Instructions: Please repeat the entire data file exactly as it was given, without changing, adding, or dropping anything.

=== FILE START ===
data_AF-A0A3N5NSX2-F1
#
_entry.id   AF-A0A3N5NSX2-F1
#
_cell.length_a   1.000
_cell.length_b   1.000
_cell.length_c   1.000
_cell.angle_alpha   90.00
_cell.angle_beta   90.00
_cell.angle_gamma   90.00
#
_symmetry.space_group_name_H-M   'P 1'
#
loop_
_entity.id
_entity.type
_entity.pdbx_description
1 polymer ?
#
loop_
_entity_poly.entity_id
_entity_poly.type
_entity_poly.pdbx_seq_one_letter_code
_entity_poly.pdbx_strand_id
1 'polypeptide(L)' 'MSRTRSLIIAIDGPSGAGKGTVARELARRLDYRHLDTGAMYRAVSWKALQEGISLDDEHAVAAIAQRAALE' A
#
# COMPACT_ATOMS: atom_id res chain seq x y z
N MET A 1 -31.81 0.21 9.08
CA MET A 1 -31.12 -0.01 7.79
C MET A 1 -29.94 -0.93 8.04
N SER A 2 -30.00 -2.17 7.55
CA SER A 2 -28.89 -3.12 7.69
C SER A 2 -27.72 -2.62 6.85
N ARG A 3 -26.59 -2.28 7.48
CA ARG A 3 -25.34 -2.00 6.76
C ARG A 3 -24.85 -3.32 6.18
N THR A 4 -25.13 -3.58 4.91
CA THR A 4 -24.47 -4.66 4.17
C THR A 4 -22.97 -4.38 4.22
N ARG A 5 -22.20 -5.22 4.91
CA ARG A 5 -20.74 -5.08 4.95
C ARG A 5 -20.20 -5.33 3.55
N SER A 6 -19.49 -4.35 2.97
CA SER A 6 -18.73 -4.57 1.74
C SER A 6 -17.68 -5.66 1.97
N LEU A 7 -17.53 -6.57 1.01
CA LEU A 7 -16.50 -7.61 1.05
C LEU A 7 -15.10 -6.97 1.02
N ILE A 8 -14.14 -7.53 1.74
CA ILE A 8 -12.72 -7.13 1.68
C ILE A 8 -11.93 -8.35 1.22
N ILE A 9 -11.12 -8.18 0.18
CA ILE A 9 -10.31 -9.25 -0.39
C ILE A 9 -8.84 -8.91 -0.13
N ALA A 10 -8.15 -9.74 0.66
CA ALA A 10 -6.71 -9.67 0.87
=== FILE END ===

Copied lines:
data_AF-A0A3N5NSX2-F1
#
_entry.id   AF-A0A3N5NSX2-F1
#
_cell.length_a   1.000
_cell.length_b   1.000
_cell.length_c   1.000
_cell.angle_alpha   90.00
_cell.angle_beta   90.00
_cell.angle_gamma   90.00
#
_symmetry.space_group_name_H-M   'P 1'
#
loop_
_entity.id
_entity.type
_entity.pdbx_description
1 polymer ?
#
loop_
_entity_poly.entity_id
_entity_poly.type
_entity_poly.pdbx_seq_one_letter_code
_entity_poly.pdbx_strand_id
1 'polypeptide(L)' 'MSRTRSLIIAIDGPSGAGKGTVARELARRLDYRHLDTGAMYRAVSWKALQEGISLDDEHAVAAIAQRAALE' A
#
# COMPACT_ATOMS: atom_id res chain seq x y z
N MET A 1 -31.81 0.21 9.08
CA MET A 1 -31.12 -0.01 7.79
C MET A 1 -29.94 -0.93 8.04
N SER A 2 -30.00 -2.17 7.55
CA SER A 2 -28.89 -3.12 7.69
C SER A 2 -27.72 -2.62 6.85
N ARG A 3 -26.59 -2.28 7.48
CA ARG A 3 -25.34 -2.00 6.76
C ARG A 3 -24.85 -3.32 6.18
N THR A 4 -25.13 -3.58 4.91
CA THR A 4 -24.47 -4.66 4.17
C THR A 4 -22.97 -4.38 4.22
N ARG A 5 -22.20 -5.22 4.91
CA ARG A 5 -20.74 -5.08 4.95
C ARG A 5 -20.20 -5.33 3.55
N SER A 6 -19.49 -4.35 2.97
CA SER A 6 -18.73 -4.57 1.74
C SER A 6 -17.68 -5.66 1.97
N LEU A 7 -17.53 -6.57 1.01
CA LEU A 7 -16.50 -7.61 1.05
C LEU A 7 -15.10 -6.97 1.02
N ILE A 8 -14.14 -7.53 1.74
CA ILE A 8 -12.72 -7.13 1.68
C ILE A 8 -11.93 -8.35 1.22
N ILE A 9 -11.12 -8.18 0.18
CA ILE A 9 -10.31 -9.25 -0.39
C ILE A 9 -8.84 -8.91 -0.13
N ALA A 10 -8.15 -9.74 0.66
CA ALA A 10 -6.71 -9.67 0.87